Historical Section meeting 2022

The 2022 British Astronomical Association Historical Section Meeting was held at 14:00 BST on 2022 May 14. It was in the form of an on-line webinar hosted by our Section Director, Mike Frost. There was only one speaker, Dr. Wayne Orchiston of the University of Southern Queensland, Australia. His subject was Asian Observations of the 1868 August 8 Total Solar Eclipse. This eclipse had the exceptionally long maximum duration of 6 minutes and 47 seconds. It can be viewed as a watershed as new observing equipment and techniques in the form of spectroscopes, polariscopes and photography enabled a more accurate record events to be captured than ever before.

The eclipse ground track passed from Arabia to India to the Malay peninsula. Observers from the imperial powers in Europe travelled to the region to observe the event, but what did they achieve? Well, they photographed the solar chromosphere and corona and many saw what was dubbed the ‘great horn’, a monstrous solar prominence some 141,000km (87,500 mile) high. To put this in context, it is some 10% of the solar diameter. Some observers thought they could detect helical motions within it. Polariscope observations demonstrated the corona to be of solar origin, and not lunar or terrestrial.

The French observers included Édouard Jean-Marie Stephan (1837-1923) and Georges Rayet (1839–1906), but they missed making discoveries on this occasion. Although they were experts in stellar spectroscopy, their lack of experience in solar work counted against them.

Norman Robert Pogson (1829-1891), director of the Madras observatory, identified seven emission lines in the solar spectrum. One was ‘near’ but distinct from the sodium D line, and Pogson suggested that this ‘line’ was a new discovery. However, publication of his results was delayed and eventually only three copies were printed. Was George Biddell Airy responsible for the delay? He coronium stifled Pogson’s career at other times too. Pierre Jules César Janssen (1824-1907) observed the eclipse from near Madras in India and saw the same bright emission line as Pogson. Janssen is now co-credited with the discovery of Helium, which is the real source of the ‘coronium’, along with the British astronomer Joseph Norman Lockyer.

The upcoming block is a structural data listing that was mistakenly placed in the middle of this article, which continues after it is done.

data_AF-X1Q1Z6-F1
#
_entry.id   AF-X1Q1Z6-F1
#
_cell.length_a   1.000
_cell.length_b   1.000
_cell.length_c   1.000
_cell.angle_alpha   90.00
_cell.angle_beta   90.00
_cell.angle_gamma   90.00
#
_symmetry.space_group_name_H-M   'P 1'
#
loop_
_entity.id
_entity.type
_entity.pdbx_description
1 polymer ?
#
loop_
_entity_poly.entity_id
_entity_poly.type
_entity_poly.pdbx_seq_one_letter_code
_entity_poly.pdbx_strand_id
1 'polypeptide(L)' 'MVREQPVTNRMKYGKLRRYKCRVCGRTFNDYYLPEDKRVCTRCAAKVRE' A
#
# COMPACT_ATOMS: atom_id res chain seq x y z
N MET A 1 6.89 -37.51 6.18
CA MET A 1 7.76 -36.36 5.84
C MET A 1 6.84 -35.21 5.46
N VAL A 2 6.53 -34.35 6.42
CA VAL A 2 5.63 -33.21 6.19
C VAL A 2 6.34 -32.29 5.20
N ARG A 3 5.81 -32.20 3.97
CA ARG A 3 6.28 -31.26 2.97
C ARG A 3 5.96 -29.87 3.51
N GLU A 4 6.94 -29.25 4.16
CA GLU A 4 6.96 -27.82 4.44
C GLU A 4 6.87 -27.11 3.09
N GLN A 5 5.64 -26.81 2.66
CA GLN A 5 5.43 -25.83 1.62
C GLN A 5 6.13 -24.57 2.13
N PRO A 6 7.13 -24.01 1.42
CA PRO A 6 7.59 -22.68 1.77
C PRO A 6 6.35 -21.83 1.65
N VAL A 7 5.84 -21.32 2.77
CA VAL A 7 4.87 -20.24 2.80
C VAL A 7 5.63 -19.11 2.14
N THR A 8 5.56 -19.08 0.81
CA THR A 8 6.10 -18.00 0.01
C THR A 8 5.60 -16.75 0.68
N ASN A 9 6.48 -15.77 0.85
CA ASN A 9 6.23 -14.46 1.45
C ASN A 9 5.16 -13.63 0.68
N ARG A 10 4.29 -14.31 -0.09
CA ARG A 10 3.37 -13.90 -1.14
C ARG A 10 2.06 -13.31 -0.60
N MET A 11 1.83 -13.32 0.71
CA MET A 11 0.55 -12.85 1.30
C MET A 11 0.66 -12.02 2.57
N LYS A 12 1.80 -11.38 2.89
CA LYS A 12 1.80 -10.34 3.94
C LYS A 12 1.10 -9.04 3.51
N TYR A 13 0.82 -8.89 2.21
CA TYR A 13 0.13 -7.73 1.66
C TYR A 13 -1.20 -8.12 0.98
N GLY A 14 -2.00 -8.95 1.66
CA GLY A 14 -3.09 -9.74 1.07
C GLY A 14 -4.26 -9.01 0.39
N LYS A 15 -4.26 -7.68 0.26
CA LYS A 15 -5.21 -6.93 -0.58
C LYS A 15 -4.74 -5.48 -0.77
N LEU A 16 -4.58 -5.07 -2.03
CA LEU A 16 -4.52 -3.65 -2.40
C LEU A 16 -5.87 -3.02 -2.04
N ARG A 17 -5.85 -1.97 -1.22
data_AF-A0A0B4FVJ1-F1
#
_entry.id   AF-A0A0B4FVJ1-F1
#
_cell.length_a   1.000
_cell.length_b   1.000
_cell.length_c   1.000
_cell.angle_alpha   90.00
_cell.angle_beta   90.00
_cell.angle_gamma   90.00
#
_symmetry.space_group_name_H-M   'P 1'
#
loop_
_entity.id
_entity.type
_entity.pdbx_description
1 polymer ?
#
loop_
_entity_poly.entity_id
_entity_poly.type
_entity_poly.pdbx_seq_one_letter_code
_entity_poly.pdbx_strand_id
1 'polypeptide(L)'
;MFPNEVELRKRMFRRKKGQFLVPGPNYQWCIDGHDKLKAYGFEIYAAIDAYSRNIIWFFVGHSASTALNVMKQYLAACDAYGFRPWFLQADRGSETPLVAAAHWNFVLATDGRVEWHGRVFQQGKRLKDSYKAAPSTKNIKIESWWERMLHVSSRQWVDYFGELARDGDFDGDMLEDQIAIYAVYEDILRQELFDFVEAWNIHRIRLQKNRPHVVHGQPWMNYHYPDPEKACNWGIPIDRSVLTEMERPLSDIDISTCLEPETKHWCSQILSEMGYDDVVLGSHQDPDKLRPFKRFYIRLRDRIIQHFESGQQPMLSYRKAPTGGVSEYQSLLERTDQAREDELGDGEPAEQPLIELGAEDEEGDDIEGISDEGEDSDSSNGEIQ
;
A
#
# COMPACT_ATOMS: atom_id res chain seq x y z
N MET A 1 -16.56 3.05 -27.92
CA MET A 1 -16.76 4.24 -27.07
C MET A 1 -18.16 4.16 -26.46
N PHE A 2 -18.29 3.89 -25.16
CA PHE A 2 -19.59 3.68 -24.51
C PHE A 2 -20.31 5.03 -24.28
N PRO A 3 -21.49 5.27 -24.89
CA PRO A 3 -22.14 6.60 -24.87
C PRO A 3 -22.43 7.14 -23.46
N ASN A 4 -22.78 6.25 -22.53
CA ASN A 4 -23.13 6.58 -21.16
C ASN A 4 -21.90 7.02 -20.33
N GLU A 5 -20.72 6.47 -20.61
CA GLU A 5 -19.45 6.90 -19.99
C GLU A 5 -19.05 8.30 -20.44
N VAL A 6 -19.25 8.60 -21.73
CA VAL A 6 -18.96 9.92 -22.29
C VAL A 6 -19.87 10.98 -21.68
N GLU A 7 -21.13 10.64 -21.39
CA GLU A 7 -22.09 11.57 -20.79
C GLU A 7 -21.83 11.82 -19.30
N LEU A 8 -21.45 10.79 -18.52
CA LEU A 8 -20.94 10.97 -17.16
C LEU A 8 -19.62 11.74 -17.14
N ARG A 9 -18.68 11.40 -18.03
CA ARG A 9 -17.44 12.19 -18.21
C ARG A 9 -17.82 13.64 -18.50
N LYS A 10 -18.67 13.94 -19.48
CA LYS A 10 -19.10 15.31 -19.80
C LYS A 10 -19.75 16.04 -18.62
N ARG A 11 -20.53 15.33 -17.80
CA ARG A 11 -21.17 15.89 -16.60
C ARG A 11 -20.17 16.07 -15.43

King Rama IV (1804-1868, known as Mongkut pre-coronation) used the eclipse to inform the imperial powers of Britain and France of his fierce independence. He himself carried out calculations to demonstrate that the eclipse would occur and would pass over his territory. However, his choice of observing site was a poor due to swampy ground nearby which was a breeding ground for malaria carrying mosquitoes. He caught the disease and died on October 1. His achievements are memorialised in The King Mongkut Science Park.

Away from mainstream astronomy, a Mr. Pierre (or a Pierre somebody) reported seeing vertical lines of graduated colours near his horizon, although no explanation for what he saw has ever been produced.

Wayne sprinkled audience participation questions through his presentation to which he provided the answers at the end.

The unseasonably sunny weather limited attendance on the day but the recording on the BAA YouTube channel has proved popular and is available to watch at https://m.youtube.com/watch?v=XbD3gyQi7UY

Dr. Wayne Orchiston also acknowledged the work of his wife, Darunee Lingling Orchiston in the research which the talk was bade on.

The meeting closed at 15:45 BST.

Many thanks to Andy Wilson for efficiently making the technology work for us.

King Rama IV and his party observing the eclipse

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